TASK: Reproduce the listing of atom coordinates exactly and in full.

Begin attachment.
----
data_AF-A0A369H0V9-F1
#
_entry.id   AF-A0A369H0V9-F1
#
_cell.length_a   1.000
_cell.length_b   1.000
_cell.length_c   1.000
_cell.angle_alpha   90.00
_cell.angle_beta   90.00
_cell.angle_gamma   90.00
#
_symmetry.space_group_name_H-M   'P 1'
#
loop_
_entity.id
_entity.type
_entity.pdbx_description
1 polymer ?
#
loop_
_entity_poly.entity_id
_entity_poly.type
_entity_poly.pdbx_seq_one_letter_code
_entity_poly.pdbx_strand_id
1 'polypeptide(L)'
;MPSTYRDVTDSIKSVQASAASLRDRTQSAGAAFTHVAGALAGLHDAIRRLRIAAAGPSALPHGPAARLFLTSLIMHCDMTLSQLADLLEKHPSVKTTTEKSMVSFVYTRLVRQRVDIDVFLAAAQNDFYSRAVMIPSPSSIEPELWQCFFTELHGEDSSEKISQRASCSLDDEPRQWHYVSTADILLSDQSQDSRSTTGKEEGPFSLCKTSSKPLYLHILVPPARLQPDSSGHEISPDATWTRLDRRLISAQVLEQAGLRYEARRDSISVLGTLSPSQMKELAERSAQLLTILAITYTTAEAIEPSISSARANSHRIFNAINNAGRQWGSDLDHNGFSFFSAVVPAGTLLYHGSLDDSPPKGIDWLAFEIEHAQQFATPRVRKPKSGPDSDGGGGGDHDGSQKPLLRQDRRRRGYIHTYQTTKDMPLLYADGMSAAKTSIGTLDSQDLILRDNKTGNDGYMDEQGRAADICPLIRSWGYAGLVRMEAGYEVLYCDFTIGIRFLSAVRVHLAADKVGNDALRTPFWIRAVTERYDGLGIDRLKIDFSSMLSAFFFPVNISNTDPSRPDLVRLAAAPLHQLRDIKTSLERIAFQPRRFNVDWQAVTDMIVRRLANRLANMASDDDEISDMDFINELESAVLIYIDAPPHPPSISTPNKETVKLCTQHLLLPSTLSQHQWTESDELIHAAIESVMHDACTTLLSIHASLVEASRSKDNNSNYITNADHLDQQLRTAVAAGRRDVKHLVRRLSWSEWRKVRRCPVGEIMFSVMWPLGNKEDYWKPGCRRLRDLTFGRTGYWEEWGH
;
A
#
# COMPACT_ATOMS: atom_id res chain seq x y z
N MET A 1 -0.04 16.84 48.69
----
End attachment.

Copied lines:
data_AF-A0A369H0V9-F1
#
_entry.id   AF-A0A369H0V9-F1
#
_cell.length_a   1.000
_cell.length_b   1.000
_cell.length_c   1.000
_cell.angle_alpha   90.00
_cell.angle_beta   90.00
_cell.angle_gamma   90.00
#
_symmetry.space_group_name_H-M   'P 1'
#
loop_
_entity.id
_entity.type
_entity.pdbx_description
1 polymer ?
#
loop_
_entity_poly.entity_id
_entity_poly.type
_entity_poly.pdbx_seq_one_letter_code
_entity_poly.pdbx_strand_id
1 'polypeptide(L)'
;MPSTYRDVTDSIKSVQASAASLRDRTQSAGAAFTHVAGALAGLHDAIRRLRIAAAGPSALPHGPAARLFLTSLIMHCDMTLSQLADLLEKHPSVKTTTEKSMVSFVYTRLVRQRVDIDVFLAAAQNDFYSRAVMIPSPSSIEPELWQCFFTELHGEDSSEKISQRASCSLDDEPRQWHYVSTADILLSDQSQDSRSTTGKEEGPFSLCKTSSKPLYLHILVPPARLQPDSSGHEISPDATWTRLDRRLISAQVLEQAGLRYEARRDSISVLGTLSPSQMKELAERSAQLLTILAITYTTAEAIEPSISSARANSHRIFNAINNAGRQWGSDLDHNGFSFFSAVVPAGTLLYHGSLDDSPPKGIDWLAFEIEHAQQFATPRVRKPKSGPDSDGGGGGDHDGSQKPLLRQDRRRRGYIHTYQTTKDMPLLYADGMSAAKTSIGTLDSQDLILRDNKTGNDGYMDEQGRAADICPLIRSWGYAGLVRMEAGYEVLYCDFTIGIRFLSAVRVHLAADKVGNDALRTPFWIRAVTERYDGLGIDRLKIDFSSMLSAFFFPVNISNTDPSRPDLVRLAAAPLHQLRDIKTSLERIAFQPRRFNVDWQAVTDMIVRRLANRLANMASDDDEISDMDFINELESAVLIYIDAPPHPPSISTPNKETVKLCTQHLLLPSTLSQHQWTESDELIHAAIESVMHDACTTLLSIHASLVEASRSKDNNSNYITNADHLDQQLRTAVAAGRRDVKHLVRRLSWSEWRKVRRCPVGEIMFSVMWPLGNKEDYWKPGCRRLRDLTFGRTGYWEEWGH
;
A
#
# COMPACT_ATOMS: atom_id res chain seq x y z
N MET A 1 -0.04 16.84 48.69